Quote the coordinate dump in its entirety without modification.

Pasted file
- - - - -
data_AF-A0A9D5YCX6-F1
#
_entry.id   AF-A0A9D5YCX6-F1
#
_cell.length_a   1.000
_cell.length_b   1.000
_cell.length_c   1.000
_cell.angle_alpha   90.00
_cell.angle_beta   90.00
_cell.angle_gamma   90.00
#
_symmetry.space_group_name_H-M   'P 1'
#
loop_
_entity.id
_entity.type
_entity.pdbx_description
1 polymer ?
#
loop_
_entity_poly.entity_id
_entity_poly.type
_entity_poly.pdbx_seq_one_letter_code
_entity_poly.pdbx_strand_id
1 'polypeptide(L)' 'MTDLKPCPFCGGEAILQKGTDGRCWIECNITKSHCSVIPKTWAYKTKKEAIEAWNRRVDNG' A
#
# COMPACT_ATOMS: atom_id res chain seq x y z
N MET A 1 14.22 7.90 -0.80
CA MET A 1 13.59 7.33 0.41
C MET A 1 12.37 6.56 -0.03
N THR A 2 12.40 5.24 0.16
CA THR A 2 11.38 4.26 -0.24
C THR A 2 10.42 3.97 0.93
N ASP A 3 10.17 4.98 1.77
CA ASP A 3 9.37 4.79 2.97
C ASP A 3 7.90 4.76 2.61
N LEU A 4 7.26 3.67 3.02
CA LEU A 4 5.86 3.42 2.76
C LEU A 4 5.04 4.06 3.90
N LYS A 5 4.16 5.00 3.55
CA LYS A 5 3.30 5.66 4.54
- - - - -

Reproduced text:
data_AF-A0A9D5YCX6-F1
#
_entry.id   AF-A0A9D5YCX6-F1
#
_cell.length_a   1.000
_cell.length_b   1.000
_cell.length_c   1.000
_cell.angle_alpha   90.00
_cell.angle_beta   90.00
_cell.angle_gamma   90.00
#
_symmetry.space_group_name_H-M   'P 1'
#
loop_
_entity.id
_entity.type
_entity.pdbx_description
1 polymer ?
#
loop_
_entity_poly.entity_id
_entity_poly.type
_entity_poly.pdbx_seq_one_letter_code
_entity_poly.pdbx_strand_id
1 'polypeptide(L)' 'MTDLKPCPFCGGEAILQKGTDGRCWIECNITKSHCSVIPKTWAYKTKKEAIEAWNRRVDNG' A
#
# COMPACT_ATOMS: atom_id res chain seq x y z
N MET A 1 14.22 7.90 -0.80
CA MET A 1 13.59 7.33 0.41
C MET A 1 12.37 6.56 -0.03
N THR A 2 12.40 5.24 0.16
CA THR A 2 11.38 4.26 -0.24
C THR A 2 10.42 3.97 0.93
N ASP A 3 10.17 4.98 1.77
CA ASP A 3 9.37 4.79 2.97
C ASP A 3 7.90 4.76 2.61
N LEU A 4 7.26 3.67 3.02
CA LEU A 4 5.86 3.42 2.76
C LEU A 4 5.04 4.06 3.90
N LYS A 5 4.16 5.00 3.55
CA LYS A 5 3.30 5.66 4.54